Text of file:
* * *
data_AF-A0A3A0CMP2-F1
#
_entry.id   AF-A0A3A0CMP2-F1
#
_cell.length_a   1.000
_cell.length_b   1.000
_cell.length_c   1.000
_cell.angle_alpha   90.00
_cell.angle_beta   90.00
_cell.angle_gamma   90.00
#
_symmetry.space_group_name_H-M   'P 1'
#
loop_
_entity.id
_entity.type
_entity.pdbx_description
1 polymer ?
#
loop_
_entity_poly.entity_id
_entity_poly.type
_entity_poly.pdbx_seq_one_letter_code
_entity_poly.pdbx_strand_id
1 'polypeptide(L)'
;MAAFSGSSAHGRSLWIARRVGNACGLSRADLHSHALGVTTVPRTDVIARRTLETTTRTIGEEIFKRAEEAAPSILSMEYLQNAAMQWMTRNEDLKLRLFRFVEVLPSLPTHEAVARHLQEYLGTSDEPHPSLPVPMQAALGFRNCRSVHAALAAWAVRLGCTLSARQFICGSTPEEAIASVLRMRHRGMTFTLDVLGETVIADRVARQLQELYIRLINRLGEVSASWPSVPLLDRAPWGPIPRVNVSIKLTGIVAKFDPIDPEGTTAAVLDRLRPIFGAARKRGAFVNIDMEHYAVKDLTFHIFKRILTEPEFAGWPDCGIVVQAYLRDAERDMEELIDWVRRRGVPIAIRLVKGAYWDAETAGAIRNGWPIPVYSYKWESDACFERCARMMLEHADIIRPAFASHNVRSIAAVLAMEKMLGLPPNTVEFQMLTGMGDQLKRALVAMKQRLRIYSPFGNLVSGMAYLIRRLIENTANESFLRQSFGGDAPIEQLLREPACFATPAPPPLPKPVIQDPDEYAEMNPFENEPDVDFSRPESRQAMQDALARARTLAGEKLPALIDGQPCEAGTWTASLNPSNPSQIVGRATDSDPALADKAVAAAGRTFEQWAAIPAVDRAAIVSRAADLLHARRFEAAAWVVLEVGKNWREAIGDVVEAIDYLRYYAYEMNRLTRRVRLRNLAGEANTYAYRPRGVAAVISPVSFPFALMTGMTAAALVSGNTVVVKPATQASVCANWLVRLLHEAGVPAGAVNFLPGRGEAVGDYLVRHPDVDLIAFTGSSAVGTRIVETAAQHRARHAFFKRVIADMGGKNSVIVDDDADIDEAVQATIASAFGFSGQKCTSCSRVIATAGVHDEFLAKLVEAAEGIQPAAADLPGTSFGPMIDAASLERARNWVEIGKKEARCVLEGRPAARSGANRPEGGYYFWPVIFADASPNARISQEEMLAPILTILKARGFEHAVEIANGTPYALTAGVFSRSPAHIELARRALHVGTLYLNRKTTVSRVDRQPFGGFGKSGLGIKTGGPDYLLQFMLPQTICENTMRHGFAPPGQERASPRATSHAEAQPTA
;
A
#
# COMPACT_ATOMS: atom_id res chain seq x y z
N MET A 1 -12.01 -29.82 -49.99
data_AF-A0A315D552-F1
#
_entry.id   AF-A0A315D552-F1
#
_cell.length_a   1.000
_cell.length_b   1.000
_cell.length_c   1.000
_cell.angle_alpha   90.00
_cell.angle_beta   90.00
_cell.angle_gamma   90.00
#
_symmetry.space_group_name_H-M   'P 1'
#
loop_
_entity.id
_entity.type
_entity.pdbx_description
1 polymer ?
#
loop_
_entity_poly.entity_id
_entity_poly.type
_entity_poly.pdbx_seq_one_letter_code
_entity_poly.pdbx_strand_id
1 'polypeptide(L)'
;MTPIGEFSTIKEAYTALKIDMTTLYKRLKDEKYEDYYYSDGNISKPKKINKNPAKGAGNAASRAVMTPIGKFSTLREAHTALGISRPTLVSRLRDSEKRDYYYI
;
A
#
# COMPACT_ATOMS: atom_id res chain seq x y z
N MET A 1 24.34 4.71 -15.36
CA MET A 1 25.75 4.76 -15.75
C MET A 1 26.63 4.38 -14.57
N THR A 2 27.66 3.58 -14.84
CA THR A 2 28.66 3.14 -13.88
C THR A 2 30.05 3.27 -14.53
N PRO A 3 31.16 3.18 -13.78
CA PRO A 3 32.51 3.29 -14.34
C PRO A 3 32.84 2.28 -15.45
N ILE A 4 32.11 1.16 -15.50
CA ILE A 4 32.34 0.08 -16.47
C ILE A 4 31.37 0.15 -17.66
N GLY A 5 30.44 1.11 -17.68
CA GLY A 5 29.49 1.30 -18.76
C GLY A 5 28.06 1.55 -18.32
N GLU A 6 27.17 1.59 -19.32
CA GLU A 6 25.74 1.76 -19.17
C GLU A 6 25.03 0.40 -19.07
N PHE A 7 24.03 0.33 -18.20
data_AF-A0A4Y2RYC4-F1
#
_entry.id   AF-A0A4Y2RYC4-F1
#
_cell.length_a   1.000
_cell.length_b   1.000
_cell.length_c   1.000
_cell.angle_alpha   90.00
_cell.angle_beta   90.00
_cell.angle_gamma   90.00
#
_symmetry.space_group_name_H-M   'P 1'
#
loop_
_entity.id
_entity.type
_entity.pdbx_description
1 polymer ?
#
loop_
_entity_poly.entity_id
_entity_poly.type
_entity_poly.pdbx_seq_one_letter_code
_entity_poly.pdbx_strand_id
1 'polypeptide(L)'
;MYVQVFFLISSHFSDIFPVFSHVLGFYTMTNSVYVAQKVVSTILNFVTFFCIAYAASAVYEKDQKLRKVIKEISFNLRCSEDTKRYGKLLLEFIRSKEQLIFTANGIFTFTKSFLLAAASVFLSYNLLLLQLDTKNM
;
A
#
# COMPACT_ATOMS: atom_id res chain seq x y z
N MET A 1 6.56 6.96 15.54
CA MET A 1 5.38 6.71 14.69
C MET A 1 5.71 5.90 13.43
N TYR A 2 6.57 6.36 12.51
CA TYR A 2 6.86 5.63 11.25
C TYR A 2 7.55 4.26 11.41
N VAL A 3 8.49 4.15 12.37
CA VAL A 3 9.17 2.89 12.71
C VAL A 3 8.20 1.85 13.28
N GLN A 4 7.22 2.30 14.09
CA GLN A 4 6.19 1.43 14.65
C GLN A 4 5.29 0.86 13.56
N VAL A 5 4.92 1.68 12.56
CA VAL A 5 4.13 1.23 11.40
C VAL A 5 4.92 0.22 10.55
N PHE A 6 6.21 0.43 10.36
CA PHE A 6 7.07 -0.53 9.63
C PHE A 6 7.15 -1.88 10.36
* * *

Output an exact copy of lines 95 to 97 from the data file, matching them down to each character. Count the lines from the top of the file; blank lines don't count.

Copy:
_entity.id
_entity.type
_entity.pdbx_description